Weliweriya-disillusioned Dipped Products to put up new export glove plant in Biyagama zone

Friday, 20 December 2013 00:54 -     - {{hitsCtrl.values.hits}}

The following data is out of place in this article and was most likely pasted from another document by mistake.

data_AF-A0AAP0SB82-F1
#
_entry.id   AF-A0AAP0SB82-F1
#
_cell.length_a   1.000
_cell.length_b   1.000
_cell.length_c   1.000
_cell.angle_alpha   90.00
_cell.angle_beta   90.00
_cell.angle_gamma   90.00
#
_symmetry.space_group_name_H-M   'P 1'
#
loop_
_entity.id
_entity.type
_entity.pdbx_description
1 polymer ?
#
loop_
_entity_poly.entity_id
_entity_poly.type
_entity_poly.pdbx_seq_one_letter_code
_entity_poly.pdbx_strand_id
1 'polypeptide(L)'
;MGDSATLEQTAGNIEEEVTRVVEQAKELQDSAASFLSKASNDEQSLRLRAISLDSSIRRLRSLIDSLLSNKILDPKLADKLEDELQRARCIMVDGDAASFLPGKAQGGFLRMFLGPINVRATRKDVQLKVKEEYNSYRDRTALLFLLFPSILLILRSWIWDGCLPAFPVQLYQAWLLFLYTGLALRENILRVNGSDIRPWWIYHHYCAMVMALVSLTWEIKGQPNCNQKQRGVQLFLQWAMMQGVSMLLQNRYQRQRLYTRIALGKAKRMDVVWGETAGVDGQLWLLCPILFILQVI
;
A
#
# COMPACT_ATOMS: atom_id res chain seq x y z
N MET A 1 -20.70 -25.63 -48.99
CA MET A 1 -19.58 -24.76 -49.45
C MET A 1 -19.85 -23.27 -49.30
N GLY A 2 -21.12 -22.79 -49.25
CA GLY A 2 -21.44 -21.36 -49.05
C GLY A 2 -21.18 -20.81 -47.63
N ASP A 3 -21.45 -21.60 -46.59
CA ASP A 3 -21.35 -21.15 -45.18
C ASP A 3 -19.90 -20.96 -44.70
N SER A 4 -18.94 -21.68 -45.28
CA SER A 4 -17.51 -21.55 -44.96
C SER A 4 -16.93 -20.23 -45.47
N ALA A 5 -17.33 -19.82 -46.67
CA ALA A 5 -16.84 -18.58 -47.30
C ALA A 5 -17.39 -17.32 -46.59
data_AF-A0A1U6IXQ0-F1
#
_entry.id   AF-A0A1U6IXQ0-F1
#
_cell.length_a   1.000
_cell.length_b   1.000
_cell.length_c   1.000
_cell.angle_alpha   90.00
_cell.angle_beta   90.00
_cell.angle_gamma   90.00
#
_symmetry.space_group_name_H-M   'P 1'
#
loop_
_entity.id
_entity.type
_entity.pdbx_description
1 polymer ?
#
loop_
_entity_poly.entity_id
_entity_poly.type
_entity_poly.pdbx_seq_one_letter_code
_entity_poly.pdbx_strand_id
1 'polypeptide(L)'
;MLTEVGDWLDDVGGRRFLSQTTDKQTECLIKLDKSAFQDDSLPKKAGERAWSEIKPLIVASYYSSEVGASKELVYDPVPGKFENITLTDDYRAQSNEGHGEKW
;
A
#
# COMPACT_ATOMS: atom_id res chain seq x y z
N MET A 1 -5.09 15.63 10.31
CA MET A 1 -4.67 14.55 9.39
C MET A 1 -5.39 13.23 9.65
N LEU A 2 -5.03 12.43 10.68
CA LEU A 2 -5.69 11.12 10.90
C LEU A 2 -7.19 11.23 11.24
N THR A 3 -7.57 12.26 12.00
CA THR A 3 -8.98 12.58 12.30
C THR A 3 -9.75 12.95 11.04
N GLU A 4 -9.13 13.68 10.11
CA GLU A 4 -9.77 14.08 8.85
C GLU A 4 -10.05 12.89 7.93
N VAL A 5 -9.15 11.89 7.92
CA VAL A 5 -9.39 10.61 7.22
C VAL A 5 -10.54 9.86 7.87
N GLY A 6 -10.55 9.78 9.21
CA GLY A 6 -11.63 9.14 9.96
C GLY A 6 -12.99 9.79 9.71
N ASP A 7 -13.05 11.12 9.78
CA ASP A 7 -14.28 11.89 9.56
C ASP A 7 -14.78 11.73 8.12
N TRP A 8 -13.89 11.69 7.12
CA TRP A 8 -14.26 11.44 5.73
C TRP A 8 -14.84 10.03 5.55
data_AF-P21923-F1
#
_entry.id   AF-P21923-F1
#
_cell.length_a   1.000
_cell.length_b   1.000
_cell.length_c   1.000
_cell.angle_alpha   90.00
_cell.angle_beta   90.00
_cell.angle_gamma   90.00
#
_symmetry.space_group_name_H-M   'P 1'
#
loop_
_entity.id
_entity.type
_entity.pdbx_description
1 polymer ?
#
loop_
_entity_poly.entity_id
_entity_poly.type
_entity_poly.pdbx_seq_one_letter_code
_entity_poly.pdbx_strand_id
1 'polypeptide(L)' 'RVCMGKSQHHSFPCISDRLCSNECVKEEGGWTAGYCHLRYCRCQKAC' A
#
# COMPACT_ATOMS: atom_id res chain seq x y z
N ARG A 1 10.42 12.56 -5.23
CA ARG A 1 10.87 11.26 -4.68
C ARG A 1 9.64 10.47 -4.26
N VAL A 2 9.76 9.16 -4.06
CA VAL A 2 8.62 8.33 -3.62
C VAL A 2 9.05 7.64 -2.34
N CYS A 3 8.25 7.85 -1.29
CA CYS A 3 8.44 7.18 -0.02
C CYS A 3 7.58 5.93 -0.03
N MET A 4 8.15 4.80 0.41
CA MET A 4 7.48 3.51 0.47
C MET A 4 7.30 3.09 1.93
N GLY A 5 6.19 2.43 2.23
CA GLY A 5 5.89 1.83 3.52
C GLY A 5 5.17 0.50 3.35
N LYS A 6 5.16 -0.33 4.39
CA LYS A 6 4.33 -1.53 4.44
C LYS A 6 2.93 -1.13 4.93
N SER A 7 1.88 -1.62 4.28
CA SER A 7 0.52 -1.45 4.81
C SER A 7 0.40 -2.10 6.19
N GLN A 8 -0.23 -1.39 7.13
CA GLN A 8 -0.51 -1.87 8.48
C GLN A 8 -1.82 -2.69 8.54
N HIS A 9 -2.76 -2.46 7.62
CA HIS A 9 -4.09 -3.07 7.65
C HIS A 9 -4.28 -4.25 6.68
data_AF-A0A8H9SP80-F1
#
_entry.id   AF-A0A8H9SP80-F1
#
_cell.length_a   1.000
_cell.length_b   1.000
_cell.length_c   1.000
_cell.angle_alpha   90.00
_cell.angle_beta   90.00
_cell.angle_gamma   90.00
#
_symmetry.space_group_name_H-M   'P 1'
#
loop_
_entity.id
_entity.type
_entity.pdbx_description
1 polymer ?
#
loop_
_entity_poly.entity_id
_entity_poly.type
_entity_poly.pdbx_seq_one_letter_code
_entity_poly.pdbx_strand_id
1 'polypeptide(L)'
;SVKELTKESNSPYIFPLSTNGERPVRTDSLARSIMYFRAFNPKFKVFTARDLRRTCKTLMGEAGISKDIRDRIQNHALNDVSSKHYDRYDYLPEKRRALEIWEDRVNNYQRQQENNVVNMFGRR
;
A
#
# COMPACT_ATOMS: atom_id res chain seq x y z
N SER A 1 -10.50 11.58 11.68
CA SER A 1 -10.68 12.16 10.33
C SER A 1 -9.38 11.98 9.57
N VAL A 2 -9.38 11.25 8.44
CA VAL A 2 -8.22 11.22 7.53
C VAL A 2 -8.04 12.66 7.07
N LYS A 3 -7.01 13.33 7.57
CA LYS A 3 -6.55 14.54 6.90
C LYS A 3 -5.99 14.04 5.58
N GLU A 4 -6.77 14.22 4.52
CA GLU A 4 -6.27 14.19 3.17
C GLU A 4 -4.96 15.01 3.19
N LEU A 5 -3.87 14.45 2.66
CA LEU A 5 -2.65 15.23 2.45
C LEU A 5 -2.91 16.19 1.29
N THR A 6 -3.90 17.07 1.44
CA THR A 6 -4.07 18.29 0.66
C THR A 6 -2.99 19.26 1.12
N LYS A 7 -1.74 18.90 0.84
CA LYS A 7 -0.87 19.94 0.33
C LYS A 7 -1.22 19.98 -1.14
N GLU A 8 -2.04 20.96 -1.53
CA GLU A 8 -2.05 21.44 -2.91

Dipped Products Plc said yesterday it has decided to set up a new export glove manufacturing plant at the Biyagama BOI Zone, as the subsidiary Venigros Ltd. operations in Weliweriya remain suspended over five months. “The Board of Directors of Dipped Products Plc has made a decision to invest in a new manufacturing facility at the Biyagama BOI Zone where commercial operations are expected to commence from mid-April 2014,” the company said in a filing to the Colombo Stock Exchange. The new venture will obtain all the requisite approvals and initiate required formalities for this purpose in accordance with the applicable laws, DPL added. The move follows continued opposition from certain segment of the villagers in Weliweriya preventing the commencement of Venigros’ operations in spite of all efforts made by the management. Due to the closure Dipped Products has been losing Rs. 400 million a month, according to analysts. DPL was compelled to close down the Venigros operations in end July as villagers protested against alleged contamination of ground water by the company. DPL has denied responsibility. In late November the Appellate Court issued notice on the Central Environmental Authority (CEA), the Board of Investment (BOI) and the controversial glove maker Venigros Ltd. over allegations of water pollution by the company in the Rathupaswala area of Gampaha District. This was after the Court took up a writ application filed by the Centre for Environmental Justice (CEJ) and a representative of a movement called Siyane Jalaya Surakeeme Jana Neguma (SJSJN), alleging the company was polluting the ground water in the area. The CEJ and SJSJN are seeking a writ of mandamus compelling the CEA and the BOI to bring justice to the residents of Rathupaswala. The company has asserted that its waste is discharged according to the guidelines and the effluents are not the cause for unsuitable water quality. The protests demanding clean drinking water by the villagers in August this year turned deadly when they clashed with Police and military personnel, resulting in the deaths of three youths and injuries to many others. The Court of Appeal has issued the return notice on 27 January 2014. At a media briefing in late November Dipped Products Ltd., pleaded to be allowed to reopen following a steep decline in its global market share and negatively impacts Sri Lanka’s investment climate. DPL Managing Director Dr. K.I.M. Ranasoma said its longstanding customers had been compelled to seek out suppliers of household and industrial gloves in Malaysia, Indonesia and other regional markets following the factory closure. “The company is crumbling before our eyes,” he added. He explained that due to longstanding customer relations the company did not wish to endanger, DPL had resorted to purchasing products from other global suppliers and selling them to customers, incurring major losses. “Or sometimes, we are compelled to tell our customers to try to get the same product from this or that supplier,” Dr. Ranasoma explained. The company’s inability to resolve a baseless controversy and reopen its doors was eroding customer confidence in the operation, he added. The company says some 25,000 people along its supply chain have been indirectly affected by the four-month closure. “These are the silent sufferers. No one speaks up for them,” Dr. Ranasoma told reporters. DPL officials say no tests conducted by multiple Government authorities so far have substantiated the claim. “The Government Analyst report, the Central Environmental Authority Report and the Water Board report have all failed to link factory waste to the contamination of the ground water in the area,” Dr. Ranasoma explained.